Riga Through A Hailstorm: On The Reporter’s Red-Eye Life

Thursday, 16 July

It’s the first time I’ve heard an entire airplane applaud a safe landing, and I’m sure I didn’t sleep through any turbulence. After an early flight out of Edinburgh and over five hours in London’s wifi-less Luton Airport, what I’m convinced is hell’s mop closet, I’m safely in Riga, Latvia, ready to cover the 9th Positivus music festival for The Skinny. There’s the kind of naïveté in it, the clapping, that makes my still hands look jaded – as if the miracle of flight really is a miracle to these nor’Eastern Europeans – and in fact it reminds me of naïveté‘s etymology, from the Latin nativus, “not artificial”: it’s honest applause. And what service employees deserve our thanks and amazement more? Quickly I’m ready to adopt the attitude, this way of being, that recognizes the incredible for what it is, everyday occurrence or no.

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Every Starbucks in Edinburgh (A Celestial Cartography)

I should start by apologizing to my friend and frequent traveling partner, Steve Coffed.  I used to give him grief every time he suggested going into a Starbucks, anywhere in the world.  The coffee, I said, is inconsistent from city to city – and nothing to write home about even at its best.  The atmosphere can be sterile, the clientele often a mix of high schoolers, bluetoothing businessmen, and the unfriendly type of medical student.  But shortly after I came to Edinburgh (a city awash in espresso, with enough comfy unpretentious top-notch java joints to give anyone a caffeine headache), something changed: basically, my parents sent me Starbucks gift cards.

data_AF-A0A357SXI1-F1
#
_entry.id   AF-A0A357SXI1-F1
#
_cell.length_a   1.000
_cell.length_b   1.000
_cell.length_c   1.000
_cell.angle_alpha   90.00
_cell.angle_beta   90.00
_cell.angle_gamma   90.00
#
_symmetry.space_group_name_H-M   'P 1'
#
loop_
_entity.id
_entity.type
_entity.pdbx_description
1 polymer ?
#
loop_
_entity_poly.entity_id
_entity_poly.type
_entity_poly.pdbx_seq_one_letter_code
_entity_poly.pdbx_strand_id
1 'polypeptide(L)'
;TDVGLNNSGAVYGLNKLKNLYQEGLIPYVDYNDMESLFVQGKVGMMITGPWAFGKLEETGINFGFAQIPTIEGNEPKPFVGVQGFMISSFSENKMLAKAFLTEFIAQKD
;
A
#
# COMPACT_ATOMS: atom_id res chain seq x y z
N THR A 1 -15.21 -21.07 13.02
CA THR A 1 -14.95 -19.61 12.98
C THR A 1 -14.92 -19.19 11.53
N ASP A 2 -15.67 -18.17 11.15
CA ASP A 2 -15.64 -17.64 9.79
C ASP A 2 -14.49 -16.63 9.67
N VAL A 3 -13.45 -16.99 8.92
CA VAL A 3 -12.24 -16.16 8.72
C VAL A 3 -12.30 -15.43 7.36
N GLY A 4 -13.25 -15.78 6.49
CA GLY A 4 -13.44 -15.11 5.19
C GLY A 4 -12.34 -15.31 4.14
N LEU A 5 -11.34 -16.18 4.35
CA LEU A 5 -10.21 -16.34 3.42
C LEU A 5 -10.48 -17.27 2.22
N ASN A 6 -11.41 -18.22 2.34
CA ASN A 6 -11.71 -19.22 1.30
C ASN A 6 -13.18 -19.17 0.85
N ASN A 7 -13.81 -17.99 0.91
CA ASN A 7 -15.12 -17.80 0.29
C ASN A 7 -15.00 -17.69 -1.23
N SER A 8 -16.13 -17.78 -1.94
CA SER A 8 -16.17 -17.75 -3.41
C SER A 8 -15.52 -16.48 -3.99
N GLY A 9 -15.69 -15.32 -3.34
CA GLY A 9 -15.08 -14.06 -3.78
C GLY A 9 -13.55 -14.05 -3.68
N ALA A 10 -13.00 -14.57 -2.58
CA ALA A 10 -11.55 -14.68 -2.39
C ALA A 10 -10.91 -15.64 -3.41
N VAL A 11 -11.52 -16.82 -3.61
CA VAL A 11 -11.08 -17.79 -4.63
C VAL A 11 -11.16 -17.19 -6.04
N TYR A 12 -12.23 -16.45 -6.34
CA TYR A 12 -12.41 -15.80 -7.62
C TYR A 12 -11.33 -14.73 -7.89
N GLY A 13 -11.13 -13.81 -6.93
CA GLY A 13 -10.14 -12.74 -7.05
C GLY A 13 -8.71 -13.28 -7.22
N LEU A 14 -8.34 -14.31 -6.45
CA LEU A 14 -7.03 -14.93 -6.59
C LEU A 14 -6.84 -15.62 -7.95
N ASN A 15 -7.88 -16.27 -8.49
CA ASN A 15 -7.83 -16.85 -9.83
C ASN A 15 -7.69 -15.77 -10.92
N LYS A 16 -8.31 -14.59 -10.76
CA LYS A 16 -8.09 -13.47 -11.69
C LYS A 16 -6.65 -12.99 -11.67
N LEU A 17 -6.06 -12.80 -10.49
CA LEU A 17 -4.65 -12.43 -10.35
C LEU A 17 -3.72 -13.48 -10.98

What can we send our poor starving postgrad son? they thought, Our son drinking pint after pint of Tennent’s Lager, because it’s only £2.50?  Money?  No, that would send the wrong message, he’ll think he can come home and move right back in … So they settled on Starbucks gift cards, and I settled back into a comfortable middle class lifestyle – at least, that’s what it feels like every time I pass beneath that fish-woman’s spreading tails to wait for a cup with my name on it, or whatever variation of a loosely A-sounding name these Scots come up with, from “Owen” to “Hadrian’s Wall.”  I started to take my Starbucks breaks further afield from the university, trying to see if the world’s biggest and best-known coffee chain could produce any significant change in atmosphere.  A project began to take shape: I would visit and review each Starbucks from New Town to Newington, and share my findings with the world.  [Nota: I’m not the first with this obsession.  See the folks at Every Single Seattle Starbucks.]  I found out that the Starbucks locations scattered across Edinburgh do vary, if sometimes subtly, in atmosphere and clientele – even while some franchises in Edinburgh are within a Frisbee-toss of one another- and even more interesting, my Starbucks survey soon turned into a new way of mapping this strange and diverse city: A Celestial Cartography of Corporate Coffee.  Even if I can offer nothing more than tips on hidden views, rush hours to avoid, and, of course, musings on jams and jellies, I hope something in what follows is of some small value.

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